Daily Process: Rays Win Again, Jeff Niemann Looks Normal | The Process Report

Daily Process: Rays Win Again, Jeff Niemann Looks Normal

For the first time this season, Jeff Niemann looked like himself. Niemann’s game is control and arsenal depth and he flashed both. When at his best, Niemann gets ahead with his fastball and then mixes his offerings to put batters away. A good example of this came in the first at-bat of the game. Up 0-2 on Denard Span, Niemann buried a curve and watched as Span swung through it.

A not-so-good example was in the second inning. Again, Niemann got to a two-strike count (1-2) and mixed a high heater, low curve, and then another high fastball against Jason Kubel. Niemann missed his spot on the last pitch and Kubel drove it for a home run. The Twins hit a few other balls on a line today, one that B.J. Upton misplayed into a triple, but the big guy pitched fine.

Offensively, Casey Kotchman, John Jaso, and Matt Joyce each reached base multiple times.

Kotchman singled in the second and later collected a walk. The hit was a grounder, naturally, but probably his hardest hit worm beater of the season. Kotchman later walked against Scott Baker, as the mini-version of Niemann endured a random bout of wildness, and versus Joe Nathan after first attempting a sacrifice bunt. On the paths, Kotchman was able to go first-to-third on two hit-and-runs with John Jaso. He also scored on a ball to left field and drew a Delmon Young throw, allowing for Jaso to advance.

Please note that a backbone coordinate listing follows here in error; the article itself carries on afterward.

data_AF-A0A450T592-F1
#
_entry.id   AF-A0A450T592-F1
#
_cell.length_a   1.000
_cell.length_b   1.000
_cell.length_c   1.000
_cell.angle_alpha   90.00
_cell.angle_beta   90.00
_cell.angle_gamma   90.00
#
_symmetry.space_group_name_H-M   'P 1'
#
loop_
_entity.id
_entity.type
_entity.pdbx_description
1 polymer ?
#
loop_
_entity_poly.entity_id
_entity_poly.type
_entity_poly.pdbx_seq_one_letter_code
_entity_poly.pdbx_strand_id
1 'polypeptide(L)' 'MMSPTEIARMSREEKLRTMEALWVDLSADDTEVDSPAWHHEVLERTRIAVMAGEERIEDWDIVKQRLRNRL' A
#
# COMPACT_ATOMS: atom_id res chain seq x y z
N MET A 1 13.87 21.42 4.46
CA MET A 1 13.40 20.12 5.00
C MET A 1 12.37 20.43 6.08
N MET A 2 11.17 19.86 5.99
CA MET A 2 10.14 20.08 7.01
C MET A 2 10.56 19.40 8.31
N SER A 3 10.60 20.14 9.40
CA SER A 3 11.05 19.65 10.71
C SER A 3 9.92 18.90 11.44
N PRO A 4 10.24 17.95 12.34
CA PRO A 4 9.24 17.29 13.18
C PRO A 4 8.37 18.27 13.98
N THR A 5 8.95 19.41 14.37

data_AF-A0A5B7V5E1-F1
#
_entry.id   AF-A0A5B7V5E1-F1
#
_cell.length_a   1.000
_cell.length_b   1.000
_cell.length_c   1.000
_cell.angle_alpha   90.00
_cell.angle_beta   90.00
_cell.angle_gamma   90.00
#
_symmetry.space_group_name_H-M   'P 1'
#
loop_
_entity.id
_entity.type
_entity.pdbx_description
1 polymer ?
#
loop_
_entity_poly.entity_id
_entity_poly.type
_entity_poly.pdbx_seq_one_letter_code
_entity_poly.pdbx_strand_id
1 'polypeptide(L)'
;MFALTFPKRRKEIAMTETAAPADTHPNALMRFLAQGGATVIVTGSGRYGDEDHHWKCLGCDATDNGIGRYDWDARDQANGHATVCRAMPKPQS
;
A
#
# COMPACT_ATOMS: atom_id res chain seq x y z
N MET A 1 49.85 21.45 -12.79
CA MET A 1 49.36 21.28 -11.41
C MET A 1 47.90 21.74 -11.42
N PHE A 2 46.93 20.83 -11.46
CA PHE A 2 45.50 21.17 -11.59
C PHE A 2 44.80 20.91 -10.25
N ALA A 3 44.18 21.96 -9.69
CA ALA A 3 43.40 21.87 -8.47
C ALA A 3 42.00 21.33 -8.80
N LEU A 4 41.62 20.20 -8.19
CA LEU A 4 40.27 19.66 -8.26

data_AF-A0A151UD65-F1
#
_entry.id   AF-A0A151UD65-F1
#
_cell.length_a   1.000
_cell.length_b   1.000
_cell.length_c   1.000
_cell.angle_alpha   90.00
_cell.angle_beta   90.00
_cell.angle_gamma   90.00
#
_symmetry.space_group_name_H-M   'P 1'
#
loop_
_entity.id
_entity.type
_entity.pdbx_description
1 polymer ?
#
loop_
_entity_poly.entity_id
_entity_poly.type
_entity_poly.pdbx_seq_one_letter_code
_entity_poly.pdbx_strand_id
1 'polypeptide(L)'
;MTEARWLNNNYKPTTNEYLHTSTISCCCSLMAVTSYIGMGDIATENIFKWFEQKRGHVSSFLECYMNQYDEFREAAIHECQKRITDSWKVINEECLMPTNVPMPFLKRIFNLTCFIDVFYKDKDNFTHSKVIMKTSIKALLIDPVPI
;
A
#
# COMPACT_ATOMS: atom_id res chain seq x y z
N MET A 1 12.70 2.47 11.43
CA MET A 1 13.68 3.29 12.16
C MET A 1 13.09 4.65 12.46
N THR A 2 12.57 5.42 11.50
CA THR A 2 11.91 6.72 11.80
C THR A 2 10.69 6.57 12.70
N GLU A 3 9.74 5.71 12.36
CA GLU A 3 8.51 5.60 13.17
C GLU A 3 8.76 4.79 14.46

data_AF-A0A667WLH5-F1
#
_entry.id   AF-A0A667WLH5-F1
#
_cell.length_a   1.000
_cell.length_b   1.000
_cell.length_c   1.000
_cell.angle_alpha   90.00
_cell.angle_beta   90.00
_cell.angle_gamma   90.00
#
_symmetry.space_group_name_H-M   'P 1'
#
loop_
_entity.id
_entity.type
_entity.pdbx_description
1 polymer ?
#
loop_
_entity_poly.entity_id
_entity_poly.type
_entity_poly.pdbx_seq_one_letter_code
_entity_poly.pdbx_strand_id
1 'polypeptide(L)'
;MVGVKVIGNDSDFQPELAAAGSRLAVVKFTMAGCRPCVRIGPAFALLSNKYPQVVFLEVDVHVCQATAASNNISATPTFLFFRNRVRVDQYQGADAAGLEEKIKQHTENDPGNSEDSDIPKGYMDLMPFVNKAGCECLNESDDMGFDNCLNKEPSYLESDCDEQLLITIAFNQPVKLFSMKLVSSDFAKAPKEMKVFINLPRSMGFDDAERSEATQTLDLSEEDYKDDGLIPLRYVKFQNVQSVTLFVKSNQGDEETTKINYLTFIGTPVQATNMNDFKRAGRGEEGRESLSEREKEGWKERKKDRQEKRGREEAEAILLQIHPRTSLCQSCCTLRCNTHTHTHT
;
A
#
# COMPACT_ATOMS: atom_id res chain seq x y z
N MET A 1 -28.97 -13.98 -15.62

This is probably going to be the best game of Kotchman’s career with the Rays and proves there is an inverse relationship between how often he swings and how easy it is to endure his plate appearances.

The bottom of the ninth played out weirdly. Ben Zobrist led off with a game-tying homer. After B.J. Upton and Kotchman walked, Joe Maddon elected to have John Jaso attempt his own bunt. It failed, and Jaso would fly out. With Reid Brignac due up, Ron Gardenhire went to lefty Jose Mijares. Maddon had all his right-handed options available (Sean Rodriguez, Kelly Shoppach, and Elliot Johnson) and pressed the Johnson button.

Obviously I can’t be sure, but Johnson seems like the least likely of the three to strikeout. In that scenario –Upton on second and only one run needed—a non-infield single is as valuable as a double, triple, or home run. Johnson struck out, killing whatever theory there was. After Sam Fuld walked, Johnny Damon lined a pitch into right field, ending the game and giving him yet another notch on the belt.

There’s no mistaking it: Johnson is a worse hitter than Shoppach or Rodriguez, but given the context, I can understand wanting someone with more contact abilities. Of course, if that wasn’t the thinking, then yeah, there’s a problem with it and Shoppach or Rodriguez should’ve been inserted.

The Rays have now won five-straight and go for the sweep with Jeremy Hellickson on the mound tomorrow. He will be opposed by a lefty, and the Rays lineups versus southpaws are brutal at the moment, so who knows.



One Comment

  1. Maybe Maddon saw Johnson as the least prone to GIDP?

Leave a Reply

#layout { padding-left:20px; }